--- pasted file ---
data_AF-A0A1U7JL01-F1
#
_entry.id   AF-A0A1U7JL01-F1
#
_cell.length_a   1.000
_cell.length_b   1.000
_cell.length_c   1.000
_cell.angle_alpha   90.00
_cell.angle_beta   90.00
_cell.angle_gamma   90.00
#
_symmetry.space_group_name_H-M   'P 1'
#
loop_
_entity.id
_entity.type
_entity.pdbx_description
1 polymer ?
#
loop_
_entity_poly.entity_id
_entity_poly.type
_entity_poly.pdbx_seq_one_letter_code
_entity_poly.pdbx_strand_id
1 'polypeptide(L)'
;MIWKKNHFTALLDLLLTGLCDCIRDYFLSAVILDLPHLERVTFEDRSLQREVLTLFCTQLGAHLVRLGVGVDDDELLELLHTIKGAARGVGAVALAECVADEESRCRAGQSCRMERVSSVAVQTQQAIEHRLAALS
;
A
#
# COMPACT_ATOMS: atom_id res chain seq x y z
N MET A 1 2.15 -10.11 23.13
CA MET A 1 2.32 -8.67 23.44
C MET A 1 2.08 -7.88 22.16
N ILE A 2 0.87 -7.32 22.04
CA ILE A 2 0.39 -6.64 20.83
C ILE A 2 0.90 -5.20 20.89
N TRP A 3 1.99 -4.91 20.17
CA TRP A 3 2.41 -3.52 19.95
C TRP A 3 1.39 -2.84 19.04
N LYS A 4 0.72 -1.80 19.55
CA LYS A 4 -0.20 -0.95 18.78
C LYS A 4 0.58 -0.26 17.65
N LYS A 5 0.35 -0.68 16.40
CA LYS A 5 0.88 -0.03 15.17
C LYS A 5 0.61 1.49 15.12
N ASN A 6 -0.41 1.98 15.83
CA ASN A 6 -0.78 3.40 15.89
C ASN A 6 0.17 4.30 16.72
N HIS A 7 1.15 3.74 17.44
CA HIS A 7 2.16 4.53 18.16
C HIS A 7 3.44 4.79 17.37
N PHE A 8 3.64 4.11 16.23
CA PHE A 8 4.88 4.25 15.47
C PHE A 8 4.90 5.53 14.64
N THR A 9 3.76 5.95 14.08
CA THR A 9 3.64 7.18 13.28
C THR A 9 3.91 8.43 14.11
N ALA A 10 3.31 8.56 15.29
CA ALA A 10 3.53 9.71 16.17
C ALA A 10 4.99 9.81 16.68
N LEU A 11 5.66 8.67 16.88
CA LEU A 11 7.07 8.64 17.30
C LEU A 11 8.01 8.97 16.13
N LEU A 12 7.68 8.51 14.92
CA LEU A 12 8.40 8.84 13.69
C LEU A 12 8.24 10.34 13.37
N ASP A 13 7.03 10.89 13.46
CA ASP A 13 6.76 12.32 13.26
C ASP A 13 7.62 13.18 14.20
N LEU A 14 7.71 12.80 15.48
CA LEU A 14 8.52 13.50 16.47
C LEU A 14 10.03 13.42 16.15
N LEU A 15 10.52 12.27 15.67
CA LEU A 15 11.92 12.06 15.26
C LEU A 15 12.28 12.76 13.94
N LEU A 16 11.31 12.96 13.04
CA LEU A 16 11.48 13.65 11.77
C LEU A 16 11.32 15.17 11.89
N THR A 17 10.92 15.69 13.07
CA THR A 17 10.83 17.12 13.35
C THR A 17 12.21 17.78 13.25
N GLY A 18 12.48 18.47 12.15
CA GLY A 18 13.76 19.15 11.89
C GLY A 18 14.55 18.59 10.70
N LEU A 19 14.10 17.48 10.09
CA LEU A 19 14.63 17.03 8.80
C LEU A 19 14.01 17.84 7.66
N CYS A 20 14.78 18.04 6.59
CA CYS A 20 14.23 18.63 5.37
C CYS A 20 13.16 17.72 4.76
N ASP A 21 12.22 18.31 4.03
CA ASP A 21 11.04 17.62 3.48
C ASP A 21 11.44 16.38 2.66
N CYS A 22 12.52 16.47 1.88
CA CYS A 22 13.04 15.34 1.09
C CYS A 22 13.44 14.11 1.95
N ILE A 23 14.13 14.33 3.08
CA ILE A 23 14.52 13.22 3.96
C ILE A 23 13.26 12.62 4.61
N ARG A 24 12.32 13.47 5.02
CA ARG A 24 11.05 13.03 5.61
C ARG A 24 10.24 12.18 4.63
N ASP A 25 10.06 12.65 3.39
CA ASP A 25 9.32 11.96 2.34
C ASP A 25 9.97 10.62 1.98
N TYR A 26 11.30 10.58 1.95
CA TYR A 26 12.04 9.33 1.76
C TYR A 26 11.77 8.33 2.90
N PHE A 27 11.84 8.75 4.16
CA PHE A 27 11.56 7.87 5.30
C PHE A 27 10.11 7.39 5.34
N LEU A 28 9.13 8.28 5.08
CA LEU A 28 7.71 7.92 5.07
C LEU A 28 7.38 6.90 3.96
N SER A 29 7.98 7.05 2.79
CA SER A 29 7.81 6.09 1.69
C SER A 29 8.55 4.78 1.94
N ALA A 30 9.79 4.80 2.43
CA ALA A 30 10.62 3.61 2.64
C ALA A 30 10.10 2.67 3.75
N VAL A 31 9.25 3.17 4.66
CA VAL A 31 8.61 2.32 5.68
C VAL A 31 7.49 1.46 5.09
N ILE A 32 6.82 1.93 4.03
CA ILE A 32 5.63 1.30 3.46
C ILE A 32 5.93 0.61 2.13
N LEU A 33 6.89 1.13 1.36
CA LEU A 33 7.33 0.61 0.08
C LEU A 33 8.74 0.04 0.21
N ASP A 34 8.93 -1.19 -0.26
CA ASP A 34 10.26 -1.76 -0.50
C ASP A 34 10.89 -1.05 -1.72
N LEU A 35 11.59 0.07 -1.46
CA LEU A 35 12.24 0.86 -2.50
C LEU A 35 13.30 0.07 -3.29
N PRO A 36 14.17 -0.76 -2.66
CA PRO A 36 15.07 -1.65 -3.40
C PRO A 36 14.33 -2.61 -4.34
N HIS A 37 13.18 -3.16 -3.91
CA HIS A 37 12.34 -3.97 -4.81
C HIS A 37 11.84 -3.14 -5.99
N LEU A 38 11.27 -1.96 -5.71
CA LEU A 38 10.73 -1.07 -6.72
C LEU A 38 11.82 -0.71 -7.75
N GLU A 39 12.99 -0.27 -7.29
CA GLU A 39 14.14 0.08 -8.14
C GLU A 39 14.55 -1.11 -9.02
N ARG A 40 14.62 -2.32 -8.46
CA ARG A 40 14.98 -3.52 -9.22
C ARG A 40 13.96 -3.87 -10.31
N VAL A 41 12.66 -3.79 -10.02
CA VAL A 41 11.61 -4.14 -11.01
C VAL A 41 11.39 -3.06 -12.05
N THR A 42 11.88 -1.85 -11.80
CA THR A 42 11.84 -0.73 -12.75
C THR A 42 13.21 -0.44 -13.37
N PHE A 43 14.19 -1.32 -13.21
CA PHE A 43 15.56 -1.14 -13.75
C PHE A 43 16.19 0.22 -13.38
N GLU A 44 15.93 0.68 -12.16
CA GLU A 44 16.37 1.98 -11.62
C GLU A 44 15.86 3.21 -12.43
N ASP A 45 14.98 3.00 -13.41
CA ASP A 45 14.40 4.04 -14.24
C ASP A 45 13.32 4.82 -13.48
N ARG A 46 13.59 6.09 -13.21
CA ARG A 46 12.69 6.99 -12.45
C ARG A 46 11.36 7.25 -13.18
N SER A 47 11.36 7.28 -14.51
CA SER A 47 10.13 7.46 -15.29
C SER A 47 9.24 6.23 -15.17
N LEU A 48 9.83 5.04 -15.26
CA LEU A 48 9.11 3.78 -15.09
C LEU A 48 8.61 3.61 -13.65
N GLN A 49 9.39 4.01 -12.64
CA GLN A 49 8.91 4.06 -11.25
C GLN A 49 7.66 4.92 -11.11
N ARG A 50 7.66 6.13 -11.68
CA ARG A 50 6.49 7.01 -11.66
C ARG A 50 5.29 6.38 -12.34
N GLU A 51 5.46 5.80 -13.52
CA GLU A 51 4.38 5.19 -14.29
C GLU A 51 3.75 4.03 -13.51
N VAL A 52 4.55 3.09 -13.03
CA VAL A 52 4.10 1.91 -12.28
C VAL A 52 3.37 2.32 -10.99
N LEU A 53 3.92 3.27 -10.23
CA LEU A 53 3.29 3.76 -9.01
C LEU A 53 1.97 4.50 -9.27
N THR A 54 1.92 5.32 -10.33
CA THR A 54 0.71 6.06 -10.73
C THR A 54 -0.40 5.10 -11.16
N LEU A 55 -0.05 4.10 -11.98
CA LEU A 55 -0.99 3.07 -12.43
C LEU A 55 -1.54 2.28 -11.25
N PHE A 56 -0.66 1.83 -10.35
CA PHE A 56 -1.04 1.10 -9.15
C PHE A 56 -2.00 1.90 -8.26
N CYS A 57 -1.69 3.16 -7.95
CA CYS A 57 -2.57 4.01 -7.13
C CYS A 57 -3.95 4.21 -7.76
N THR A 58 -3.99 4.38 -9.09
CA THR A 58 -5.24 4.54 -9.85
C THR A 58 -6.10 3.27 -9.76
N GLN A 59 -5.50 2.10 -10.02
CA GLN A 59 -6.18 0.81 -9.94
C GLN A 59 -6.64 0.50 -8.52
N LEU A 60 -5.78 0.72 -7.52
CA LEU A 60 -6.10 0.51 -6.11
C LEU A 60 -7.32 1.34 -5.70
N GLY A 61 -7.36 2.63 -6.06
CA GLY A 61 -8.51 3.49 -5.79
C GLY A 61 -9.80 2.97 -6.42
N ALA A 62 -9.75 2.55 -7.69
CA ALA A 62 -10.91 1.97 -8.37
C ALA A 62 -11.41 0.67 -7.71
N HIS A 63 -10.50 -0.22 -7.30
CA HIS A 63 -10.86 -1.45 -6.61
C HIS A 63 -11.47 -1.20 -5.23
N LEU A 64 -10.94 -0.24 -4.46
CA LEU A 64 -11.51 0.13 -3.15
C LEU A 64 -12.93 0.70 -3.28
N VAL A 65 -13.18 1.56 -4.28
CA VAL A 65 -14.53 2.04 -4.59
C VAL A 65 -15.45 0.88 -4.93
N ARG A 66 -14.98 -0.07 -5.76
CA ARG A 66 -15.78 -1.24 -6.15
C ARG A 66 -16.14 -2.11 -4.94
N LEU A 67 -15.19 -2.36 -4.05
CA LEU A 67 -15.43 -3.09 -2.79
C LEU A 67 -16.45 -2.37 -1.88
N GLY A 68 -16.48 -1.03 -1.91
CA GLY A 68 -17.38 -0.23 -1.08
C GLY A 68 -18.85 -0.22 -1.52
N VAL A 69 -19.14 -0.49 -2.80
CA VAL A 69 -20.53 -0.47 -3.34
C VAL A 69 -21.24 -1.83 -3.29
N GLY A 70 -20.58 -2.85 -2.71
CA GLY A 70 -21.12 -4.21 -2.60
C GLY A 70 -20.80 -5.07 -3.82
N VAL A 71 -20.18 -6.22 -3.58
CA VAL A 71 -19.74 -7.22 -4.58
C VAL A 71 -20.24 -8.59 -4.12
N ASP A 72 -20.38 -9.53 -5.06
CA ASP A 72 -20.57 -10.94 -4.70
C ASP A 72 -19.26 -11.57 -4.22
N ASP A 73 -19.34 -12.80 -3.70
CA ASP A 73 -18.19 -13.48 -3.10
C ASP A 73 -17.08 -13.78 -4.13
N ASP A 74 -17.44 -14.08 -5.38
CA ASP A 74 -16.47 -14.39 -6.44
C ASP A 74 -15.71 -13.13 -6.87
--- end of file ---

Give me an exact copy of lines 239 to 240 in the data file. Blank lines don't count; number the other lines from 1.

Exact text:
CA GLY A 70 -21.12 -4.21 -2.60
C GLY A 70 -20.80 -5.07 -3.82